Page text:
Peter Reading


Peter Reading may be buried at Church Stretton, in Shropshire, England. (If anyone knows for certain, please contact me.)

Peter Reading

Reading, who was born in Liverpool in 1946, was educated at the Liverpool College of Art. After graduating he taught for a few years before obtaining a job as a weighbridge operator at an animal feed mill in Shropshire - where he remained for 22 years until he was sacked for refusing to wear a uniform when a new owner took over. He liked the work because he said that it gave him time to think.

He was a prodigious poet - writing a total of 26 collections. These collections were unusual because they were fashioned more like novels with themes and plots and often featured: characters, newspaper cuttings, letters, found poems, crossings out, different type-faces and pieces of prose. The poems that did appear were often untitled. He once said: 'The concision of poetry appeals to me, but the novelist's job - big-scale serious tackling of things, as in Dickens and Smollett - is something I try in a smaller way to get into what I do.'

Nick-named the 'laureate of grot' - his work was frequently bleak and hilarious - writing with detachment about the grimness of modern life e.g. 'Squashed polystyrene Indian Take-Out trays,/ eddying grease-smirched chip-papers, Pepsi cans,/ scuttering plastic cups....a Mirror's/ double-page centre-spread, caught in grained wind,'. He recorded the exploits of H. sap (as he called us) with grotesque pleasure and attention to detail  - taking his bearings from the likes of Jonathan Swift. His subjects ranged from terminal illness - as in C, to homelessness in Perduta Gente and to translations of the Greek classics such as Ovid and Homer in Last Poems.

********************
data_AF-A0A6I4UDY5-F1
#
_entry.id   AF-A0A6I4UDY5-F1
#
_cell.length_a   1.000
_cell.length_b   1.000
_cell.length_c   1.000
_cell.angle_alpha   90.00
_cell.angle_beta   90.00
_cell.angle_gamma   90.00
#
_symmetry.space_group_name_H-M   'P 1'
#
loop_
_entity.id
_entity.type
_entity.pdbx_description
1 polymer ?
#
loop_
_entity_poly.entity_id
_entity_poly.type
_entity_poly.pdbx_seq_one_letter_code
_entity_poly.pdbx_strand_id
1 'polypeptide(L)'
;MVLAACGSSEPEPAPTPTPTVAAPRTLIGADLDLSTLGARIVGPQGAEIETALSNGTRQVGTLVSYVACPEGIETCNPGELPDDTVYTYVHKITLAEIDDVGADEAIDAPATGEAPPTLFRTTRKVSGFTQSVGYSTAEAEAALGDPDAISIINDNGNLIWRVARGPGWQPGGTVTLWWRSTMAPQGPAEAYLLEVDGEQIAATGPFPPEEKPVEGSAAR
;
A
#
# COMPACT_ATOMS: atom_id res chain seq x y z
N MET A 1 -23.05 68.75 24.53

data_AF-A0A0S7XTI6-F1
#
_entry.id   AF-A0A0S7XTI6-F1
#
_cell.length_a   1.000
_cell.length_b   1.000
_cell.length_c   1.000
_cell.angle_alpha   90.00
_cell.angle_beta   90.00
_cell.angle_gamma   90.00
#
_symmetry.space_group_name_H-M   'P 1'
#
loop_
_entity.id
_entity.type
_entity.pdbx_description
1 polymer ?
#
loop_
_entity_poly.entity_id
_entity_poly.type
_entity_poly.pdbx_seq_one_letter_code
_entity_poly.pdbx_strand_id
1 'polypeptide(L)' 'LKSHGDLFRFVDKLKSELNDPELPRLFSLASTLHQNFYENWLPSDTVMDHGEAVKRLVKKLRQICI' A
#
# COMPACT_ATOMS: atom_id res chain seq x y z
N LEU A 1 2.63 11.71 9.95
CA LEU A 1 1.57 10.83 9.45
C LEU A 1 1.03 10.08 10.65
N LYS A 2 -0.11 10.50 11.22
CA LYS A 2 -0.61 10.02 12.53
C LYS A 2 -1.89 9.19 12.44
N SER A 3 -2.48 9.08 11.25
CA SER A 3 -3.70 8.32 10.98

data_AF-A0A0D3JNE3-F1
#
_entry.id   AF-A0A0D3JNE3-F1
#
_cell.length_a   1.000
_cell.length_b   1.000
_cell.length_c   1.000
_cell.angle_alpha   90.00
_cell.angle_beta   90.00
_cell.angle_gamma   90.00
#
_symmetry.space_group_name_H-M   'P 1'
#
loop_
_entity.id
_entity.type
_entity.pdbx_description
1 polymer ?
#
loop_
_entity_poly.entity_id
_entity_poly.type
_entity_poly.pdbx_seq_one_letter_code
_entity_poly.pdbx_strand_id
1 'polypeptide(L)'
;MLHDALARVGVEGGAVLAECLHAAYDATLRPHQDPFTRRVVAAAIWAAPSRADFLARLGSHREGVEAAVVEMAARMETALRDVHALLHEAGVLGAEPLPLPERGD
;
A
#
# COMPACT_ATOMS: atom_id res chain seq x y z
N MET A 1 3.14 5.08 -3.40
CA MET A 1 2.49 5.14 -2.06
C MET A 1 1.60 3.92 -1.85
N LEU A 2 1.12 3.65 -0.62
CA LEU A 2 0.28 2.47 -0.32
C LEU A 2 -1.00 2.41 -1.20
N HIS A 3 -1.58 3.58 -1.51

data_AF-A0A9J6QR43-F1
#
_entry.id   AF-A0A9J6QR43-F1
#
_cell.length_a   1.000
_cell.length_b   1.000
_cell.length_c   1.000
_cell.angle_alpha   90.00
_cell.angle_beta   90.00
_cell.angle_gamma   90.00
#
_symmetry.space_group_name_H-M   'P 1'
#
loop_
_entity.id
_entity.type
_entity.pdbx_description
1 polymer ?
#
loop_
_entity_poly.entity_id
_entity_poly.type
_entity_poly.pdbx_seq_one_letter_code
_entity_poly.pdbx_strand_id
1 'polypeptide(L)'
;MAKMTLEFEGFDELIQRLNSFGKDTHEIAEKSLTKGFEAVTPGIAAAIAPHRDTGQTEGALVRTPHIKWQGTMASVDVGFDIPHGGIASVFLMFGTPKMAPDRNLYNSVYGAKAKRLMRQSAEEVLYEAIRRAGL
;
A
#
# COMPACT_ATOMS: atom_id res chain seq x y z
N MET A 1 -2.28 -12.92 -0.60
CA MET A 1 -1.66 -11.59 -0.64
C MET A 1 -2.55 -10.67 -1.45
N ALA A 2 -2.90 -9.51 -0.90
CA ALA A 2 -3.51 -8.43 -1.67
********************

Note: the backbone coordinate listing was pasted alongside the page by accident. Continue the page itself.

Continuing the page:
He was greatly influenced by Swinburne - and in particular by the Victorian's complex metrical forms which Reading employed in his own work to great effect. In Final Demands (1988), for example, Reading uses a dactylic meter in many of the poems. He seldom used rhyme but his work  was always highly structured. In 5 × 5 × 5 × 5 × 5 (1983) - he wrote a series of 25 poems which had 5 syllables in each line, 5 lines in each verse and and 5 verses in each poem. In C, he crafted 100 prose poems containing 100 words each.

Reading was a controversial figure and when Stet (1986) won the poetry section of the Whitbread Awards, Lord Havers denounced it as unfit to be read by children.

Reading  was arguably the most important English poet of his generation - making others look sentimental and out of touch with the modern world. His graphic work shocked many readers though and he divided opinions - but he still commanded a loyal following and respect from the critics while maintaining his stance as an outsider. He was also a wine connoisseur and a bird watcher - elements of which filtered into his poetry. Bird images were often used by him for elegiac purposes.

Towards the end of his career, he read his entire works for a recording by the Lannan Foundation. He received the Cholmondeley Award for Poetry in 1978, the first Dylan Thomas Award in 1983, the Lannan Literary Award for Poetry in 1990 and 2004 and was elected a Fellow of the Royal Society of Literature in 1988.

He died at the age of 65. He was married 3 times and had a daughter by his first wife.

I am an abrasive wit,
An oasis of intellect.

Of my kind -
and there are not many of my kind -
I am really quite remarkably good.

I am mordant, very mordant.
Satire is clearly one of my gifts.

Out of everyday matters
I fashion urbane jokes.

(From Opinions of the Press)





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